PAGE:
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Tzarich Iyun: The Mitzvah of Mezuzah
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Misconception:A person who moves into a new dwelling has thirty days to affix mezuzot to the doorposts. Fact: The mitzvah of mezuzah is derived from two sections in the Torah: Deuteronomy 6: 4-9 and 11: 13-21. The mitzvah consists of affixing a parchment inscribed with these two sets of verses (beginning respectively with “Shema” and […]
Tzarich Iyun: Rambam’s Physician’s Prayer
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Misconception:The popular Jewish “physician’s prayer” was authored by the Rambam (Maimonides) , who was born in 1135 CE. Fact: This commendable prayer is of uncertain authorship. Most likely, it was not written by Maimonides (who was actually born in 1138), but rather by an 18th century Jewish-German physician. Background: The physician’s prayer attributed to Moses […]
Tzarich Iyun: Making Berachot after Kiddush
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Misconception:After drinking wine at a kiddush, one is required to make a separate berachah (blessing) over soda and other liquids. Fact: Assuming one drank some wine or grape juice, the borei peri hagafen recited over it exempts all drinks within the collation, much the same way that hamotzi covers other foods. Background: Over the centuries, […]
Tzarich Iyun: Schach
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Misconception:If stars are not visible through the schach (roof of the sukkah), the sukkah is invalid. Fact: According to many opinions, ab initio, one should be able to see starlight through the schach. However, even if one is unable to see stars, the sukkah is kosher according to most authorities. Background: : A sukkah has […]
Tzarich Iyun: The Kohen Gadol’s Rope
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Misconception:The Gemara relates that on Yom Kippur, when the Kohen Gadol entered the Kodesh Hakodashim (Holy of Holies) in the Beit Hamikdash (Temple), a rope was tied to his ankle so that in case he died, there would be a way to extricate his body. Fact: While there was a real concern about the Kohen […]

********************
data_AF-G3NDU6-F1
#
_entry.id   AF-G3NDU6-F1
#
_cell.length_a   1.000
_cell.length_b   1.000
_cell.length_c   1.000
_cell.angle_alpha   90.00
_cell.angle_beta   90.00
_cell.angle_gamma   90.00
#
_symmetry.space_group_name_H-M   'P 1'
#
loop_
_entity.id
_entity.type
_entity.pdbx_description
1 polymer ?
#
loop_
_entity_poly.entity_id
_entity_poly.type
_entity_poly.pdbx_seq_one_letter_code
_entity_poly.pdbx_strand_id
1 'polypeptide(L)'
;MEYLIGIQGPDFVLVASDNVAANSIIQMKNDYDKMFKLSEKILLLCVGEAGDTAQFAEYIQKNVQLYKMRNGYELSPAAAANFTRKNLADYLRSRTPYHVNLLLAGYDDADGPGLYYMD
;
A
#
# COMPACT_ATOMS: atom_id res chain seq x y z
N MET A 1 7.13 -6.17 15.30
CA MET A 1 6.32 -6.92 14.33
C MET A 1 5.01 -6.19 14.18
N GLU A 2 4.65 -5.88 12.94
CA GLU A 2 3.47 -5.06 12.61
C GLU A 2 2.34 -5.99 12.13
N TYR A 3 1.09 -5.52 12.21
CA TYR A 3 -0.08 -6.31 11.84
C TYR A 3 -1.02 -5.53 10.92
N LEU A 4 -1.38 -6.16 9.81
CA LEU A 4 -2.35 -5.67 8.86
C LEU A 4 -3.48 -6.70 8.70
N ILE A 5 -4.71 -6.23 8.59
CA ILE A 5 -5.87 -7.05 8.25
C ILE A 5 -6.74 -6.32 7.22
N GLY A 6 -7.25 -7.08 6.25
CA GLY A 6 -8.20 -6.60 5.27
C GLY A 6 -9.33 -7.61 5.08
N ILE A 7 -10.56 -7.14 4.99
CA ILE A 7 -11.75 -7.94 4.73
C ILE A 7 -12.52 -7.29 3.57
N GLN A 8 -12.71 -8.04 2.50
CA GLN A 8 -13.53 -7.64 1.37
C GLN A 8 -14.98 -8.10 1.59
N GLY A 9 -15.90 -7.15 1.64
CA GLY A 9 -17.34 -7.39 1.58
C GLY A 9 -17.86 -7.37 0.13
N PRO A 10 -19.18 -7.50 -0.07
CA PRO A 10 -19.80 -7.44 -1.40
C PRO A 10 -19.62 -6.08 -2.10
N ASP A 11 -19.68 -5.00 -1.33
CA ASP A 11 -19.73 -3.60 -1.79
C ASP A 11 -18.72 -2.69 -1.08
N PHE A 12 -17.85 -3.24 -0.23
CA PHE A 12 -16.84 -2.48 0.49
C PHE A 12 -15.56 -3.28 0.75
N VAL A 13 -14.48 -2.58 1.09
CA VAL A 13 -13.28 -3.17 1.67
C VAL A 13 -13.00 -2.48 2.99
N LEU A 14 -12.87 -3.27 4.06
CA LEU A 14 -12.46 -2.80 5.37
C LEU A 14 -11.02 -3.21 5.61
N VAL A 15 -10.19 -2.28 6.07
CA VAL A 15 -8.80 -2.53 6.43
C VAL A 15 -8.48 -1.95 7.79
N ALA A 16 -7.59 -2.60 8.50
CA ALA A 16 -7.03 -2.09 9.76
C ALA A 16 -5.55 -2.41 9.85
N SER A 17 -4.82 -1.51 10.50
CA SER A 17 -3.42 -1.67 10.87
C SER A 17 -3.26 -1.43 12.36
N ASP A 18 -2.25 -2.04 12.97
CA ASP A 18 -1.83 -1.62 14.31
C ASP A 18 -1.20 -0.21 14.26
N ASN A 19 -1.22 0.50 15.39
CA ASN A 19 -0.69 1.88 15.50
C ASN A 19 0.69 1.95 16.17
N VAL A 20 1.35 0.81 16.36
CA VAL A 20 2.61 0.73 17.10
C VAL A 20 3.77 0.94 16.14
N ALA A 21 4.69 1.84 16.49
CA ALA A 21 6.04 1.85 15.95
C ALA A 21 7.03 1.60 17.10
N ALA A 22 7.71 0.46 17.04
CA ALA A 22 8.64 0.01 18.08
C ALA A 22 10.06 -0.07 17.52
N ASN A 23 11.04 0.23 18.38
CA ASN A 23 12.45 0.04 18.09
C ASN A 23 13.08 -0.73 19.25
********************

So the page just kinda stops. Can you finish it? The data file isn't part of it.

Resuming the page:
Tzarich Iyun: Tashlich
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Misconception:A feature of the Rosh Hashanah tashlich ritual is the throwing of bread or other food into a body of water, to be eaten by the fish and ducks.[1] Fact: For the performance of tashlich, a custom which is symbolic of numerous things, it is customary to seek out a body of water that harbors […]
Tzarich Iyun: Aramaic
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Misconception: Aramaic is a dead language used only in the study of the Talmud, the Targum, and the book of Daniel. Fact: There are hundreds of thousands of people around the world, including thousands of Jews in Israel, who speak Aramaic as their mother tongue. Background: [1] In the “ingathering of Jews” that is taking […]
Tzarich Iyun: Bentching Over Wine
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Misconception:Birkat Hamazon (Grace after Meals) is said over a cup of wine only on special occasions, such as Sheva Brachot or a brit milah. Those who are particularly meticulous use wine whenever there is a minyan “bentching” together. Fact: It is meritorious to bentch over wine whenever there is a zimun.[1] Background: Wine has a […]
Tzarich Iyun: Mayim Achronim
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Misconception:Mayim achronim (washing before bentching) is a chumrah (stringency) in which women need not participate. The water used for mayim achronim needs to either be covered or removed from the table. Fact: Mayim achronim is an obligation equally incumbent upon men and women. There is scant basis for covering or removing the water. Background: An […]
Tzarich Iyun: Hallel on Pesach
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Misconception:The sole reason that we do not recite the complete Hallel[1] on the last six days of Pesach is because the Egyptians drowned in the Red Sea on the seventh day of Pesach, and this human tragedy mutes our joy. Fact: This reason for “half” Hallel is cited in later sources, but it is not […]